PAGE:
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Library Research - learn how to find information on any topic

Walks you through how to choose a topic, identify keywords, develop a search strategy, evaluate your materials and document your findings.

From: https://serc.carleton.edu/advancegeo/resources/bias.html 

What to look for

Who are the sources?

Be aware of the political perspective of the sources used in a story. Media over-rely on “official” (government, corporate and establishment think tank) sources. For instance, FAIR found that in 40 months of Nightline programming, the most frequent guests were Henry Kissinger, Alexander Haig, Elliott Abrams and Jerry Falwell. Progressive and public interest voices were grossly underrepresented.

To portray issues fairly and accurately, media must broaden their spectrum of sources. Otherwise, they serve merely as megaphones for those in power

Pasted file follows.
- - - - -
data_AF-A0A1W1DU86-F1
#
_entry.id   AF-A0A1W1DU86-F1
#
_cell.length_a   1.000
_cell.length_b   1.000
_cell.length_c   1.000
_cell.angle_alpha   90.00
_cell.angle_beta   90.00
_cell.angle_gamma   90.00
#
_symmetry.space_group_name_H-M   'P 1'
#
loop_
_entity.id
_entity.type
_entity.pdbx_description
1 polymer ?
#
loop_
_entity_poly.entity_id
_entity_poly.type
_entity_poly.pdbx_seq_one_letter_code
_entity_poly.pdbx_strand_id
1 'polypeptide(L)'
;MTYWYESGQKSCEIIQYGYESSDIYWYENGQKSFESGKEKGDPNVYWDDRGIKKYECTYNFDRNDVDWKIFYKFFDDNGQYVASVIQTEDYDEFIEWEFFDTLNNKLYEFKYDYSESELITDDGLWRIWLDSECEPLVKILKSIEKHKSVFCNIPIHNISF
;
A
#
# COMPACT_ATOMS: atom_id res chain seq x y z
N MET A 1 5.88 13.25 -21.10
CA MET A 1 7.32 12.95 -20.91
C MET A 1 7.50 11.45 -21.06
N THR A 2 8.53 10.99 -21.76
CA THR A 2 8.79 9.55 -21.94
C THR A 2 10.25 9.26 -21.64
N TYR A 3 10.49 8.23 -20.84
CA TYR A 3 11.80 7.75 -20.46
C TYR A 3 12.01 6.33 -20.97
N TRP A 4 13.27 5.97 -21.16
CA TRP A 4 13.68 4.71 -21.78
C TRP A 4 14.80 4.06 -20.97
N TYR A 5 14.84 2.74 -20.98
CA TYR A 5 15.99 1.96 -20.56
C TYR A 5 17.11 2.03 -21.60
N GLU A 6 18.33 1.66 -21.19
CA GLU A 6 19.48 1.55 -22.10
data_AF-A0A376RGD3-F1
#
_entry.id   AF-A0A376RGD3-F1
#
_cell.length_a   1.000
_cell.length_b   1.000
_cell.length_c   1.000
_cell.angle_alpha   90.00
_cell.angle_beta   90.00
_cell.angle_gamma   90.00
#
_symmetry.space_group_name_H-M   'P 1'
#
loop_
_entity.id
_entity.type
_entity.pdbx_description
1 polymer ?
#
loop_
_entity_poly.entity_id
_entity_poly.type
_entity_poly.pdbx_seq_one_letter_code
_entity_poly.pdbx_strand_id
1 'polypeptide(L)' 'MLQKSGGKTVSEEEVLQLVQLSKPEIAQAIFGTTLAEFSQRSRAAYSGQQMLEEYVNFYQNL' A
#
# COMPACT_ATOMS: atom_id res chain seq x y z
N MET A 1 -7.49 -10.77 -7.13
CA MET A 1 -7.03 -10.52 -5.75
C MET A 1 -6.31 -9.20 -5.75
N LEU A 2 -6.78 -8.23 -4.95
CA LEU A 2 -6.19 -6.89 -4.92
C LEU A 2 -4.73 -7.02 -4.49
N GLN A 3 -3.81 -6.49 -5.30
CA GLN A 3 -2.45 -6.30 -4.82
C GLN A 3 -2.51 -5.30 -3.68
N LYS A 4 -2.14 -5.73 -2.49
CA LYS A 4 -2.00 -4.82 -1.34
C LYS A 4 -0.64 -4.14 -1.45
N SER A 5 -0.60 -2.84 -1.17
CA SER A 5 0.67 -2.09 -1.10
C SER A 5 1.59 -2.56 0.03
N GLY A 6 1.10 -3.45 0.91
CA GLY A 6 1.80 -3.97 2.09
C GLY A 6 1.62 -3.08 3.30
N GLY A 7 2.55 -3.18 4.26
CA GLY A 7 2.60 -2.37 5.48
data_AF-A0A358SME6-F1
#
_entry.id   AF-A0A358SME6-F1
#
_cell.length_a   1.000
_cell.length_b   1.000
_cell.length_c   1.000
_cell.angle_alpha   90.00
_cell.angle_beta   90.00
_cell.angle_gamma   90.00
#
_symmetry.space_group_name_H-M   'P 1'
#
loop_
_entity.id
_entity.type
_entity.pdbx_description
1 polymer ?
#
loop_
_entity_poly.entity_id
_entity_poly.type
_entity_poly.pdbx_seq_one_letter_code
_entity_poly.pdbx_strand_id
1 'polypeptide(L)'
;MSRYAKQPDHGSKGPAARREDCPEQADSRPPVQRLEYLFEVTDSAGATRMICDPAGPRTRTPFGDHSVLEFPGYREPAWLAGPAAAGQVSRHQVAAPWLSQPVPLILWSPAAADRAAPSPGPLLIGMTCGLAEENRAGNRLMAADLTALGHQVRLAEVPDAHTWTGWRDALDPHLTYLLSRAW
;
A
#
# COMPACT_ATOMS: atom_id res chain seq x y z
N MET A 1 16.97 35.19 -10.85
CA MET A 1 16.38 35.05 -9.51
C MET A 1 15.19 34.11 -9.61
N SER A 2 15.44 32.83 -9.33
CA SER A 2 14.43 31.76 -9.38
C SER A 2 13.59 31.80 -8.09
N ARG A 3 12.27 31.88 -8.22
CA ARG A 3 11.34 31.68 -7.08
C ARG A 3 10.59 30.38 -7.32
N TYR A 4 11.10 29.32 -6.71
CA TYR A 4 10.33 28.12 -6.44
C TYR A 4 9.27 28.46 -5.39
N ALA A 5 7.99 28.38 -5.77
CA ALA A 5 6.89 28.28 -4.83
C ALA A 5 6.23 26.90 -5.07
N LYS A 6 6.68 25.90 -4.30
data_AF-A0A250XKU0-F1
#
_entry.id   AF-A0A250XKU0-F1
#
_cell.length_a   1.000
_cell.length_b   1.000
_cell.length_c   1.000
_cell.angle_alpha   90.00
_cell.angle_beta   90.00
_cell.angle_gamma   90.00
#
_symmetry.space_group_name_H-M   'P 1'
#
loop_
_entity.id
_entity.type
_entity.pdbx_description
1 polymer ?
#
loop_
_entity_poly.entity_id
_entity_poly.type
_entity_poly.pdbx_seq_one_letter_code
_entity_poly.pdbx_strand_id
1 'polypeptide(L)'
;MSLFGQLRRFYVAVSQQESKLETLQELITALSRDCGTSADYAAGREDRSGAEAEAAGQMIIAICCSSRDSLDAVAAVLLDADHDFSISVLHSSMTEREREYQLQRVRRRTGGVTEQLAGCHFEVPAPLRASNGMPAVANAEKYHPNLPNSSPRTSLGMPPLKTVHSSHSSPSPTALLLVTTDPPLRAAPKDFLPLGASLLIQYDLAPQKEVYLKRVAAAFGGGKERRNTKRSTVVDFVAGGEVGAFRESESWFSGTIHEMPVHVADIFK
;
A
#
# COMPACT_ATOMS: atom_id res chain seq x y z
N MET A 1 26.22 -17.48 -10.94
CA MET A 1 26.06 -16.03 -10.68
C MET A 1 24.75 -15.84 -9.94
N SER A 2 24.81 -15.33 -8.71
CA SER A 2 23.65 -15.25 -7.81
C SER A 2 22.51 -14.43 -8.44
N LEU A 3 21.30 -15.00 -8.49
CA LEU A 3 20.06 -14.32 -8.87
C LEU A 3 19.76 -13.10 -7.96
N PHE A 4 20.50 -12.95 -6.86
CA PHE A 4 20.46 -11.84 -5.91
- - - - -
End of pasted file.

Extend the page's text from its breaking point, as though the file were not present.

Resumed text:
• Count the number of corporate and government sources versus the number of progressive, public interest, female and minority voices. Demand mass media expand their rolodexes; better yet, give them lists of progressive and public interest experts in the community.

 

From Fair.org https://fair.org/take-action-now/media-activism-kit/how-to-detect-bias-in-news-media/ 

What are some indicators of bias on a web page?

  • The language of the document is often extreme; statements have all or nothing connotations.
  • The argument appeals more to the emotions than to logic.
  • Things are worded with the intent to oversimplify or over generalize.
  • The author wishes to present a limited view of the topic.

You should expect bias on webpages that are dedicated to selling you something. Additionally, webpages dedicated to controversial topics are likely to have a bias.

Questions to keep in mind as you seek indicators of bias:

  • What is the author's political point of view?
  • What does the author stand to gain?
  • Who is paying for the website?
  • Does the author present alternate points of view?
    • If so, are those views presented objectively, or with scorn

Authored by Lora K. Kaisler and Dennis O'Connor of the 21st Century Information Fluency Project.  

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